My first trip to Beijing was in 1996. Most taxis then were 面的 (Mian Di, literally, “bread taxi”). (Beijing-ers call taxis “di,” pronounced “dee” and short for 的士, which is how Hong Kong-ers transliterate “taxi” into Cantonese. These “bread” taxis were so-called because they were yellow and were in the shape of a loaf of bread. The fare: 10 rmb / 10 km. The pricing of the other taxis were 3 tiered, 1.2 rmb / km (10 rmb for the first 5 km) or 1.6 rmb / km (10 rmb for the first 5 km) or 2.0 rmb / km (10 rmb for the first 3 km). By 1999, every single MianDi had been decommissioned. In 2004, the 1.2 rmb / km cabs were phased out, leaving a two-tiered system 1.6, 2 rmb /km system.  By 2006, there were only 2 rmb / km cabs.
A MianDi on its way to be decommissioned.

“Scabs” and Miscellanies: These days it's harder and harder to find a cab with the automatic voice message welcoming you "... to take Beijing Taxi" ...

I started writing this blog before JW’s visit in October, thinking that he may need it when he went about town. Luckily his friends V (from HK) and ZQ (from Shanghai and HK) were also on hand. But the one time we arranged to meet at PanJia Yuan (潘家园 or Pan’s Garden), the most famous dirt market of Beijing, their cab driver had trouble and it took a few calls for me to guide them. After they showed up, I asked for the receipt and was somewhat surprised that a driver with number 27xxxx, i.e., a driver who has been driving for about a year or so, did not know where PJ Yuan was. In any case, with this example, I quickly gave V, Z and J the various numbers of how one can determine the driver’s cab-driving age.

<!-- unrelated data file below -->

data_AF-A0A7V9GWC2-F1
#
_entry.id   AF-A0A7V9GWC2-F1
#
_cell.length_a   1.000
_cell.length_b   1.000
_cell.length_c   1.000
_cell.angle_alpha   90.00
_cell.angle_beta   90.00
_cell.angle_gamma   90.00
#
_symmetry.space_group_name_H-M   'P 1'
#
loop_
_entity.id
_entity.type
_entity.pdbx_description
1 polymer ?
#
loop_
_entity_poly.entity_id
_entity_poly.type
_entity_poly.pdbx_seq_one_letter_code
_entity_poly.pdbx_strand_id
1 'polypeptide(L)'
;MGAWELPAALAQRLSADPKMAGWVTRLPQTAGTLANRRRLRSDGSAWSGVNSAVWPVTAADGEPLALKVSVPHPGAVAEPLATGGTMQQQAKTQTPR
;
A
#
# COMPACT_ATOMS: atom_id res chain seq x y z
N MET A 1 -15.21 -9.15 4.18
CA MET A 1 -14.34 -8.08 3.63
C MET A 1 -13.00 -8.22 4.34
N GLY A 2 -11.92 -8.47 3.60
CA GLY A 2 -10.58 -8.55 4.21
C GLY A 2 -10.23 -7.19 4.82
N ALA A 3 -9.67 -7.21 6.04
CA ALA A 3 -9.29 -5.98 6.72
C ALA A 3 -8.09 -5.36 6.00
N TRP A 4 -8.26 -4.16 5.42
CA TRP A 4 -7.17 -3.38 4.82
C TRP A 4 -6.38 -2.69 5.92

Ironically, later that evening, after putting V, Z and J on a cab, my wife and I had our own surprising turn in a cab whose driver’s ID number was 13xxxx. He did qualify for cab driving in 1998, but, on this particular evening, had only been driving a cab for less than a month. Afterwards, I found out from other drivers that one can pay 10 rmb / year to maintain their taxi licenses; however, after more than a 2 year layoff, the driver would also need a month’s worth of taxi-driver training before they are allowed to resume.

In addition to the 66,000 plus taxicabs, there are usually other cars, the so-called 黑车 (literally, “black cars”) whose drivers would try to pick up passengers at a fare that is negotiated on the spot. These days, these “black cars” would be out in full force during rush hours. Once, my wife and I had to take one after trying for more than 20 minutes to hail a cab. (My wife had to be present at a 9 AM Ph. D. oral defense, and these days, it is becoming exceedingly hard to get a free cab during rush hours, which now stretch from 7:30 – 9:30 or later.)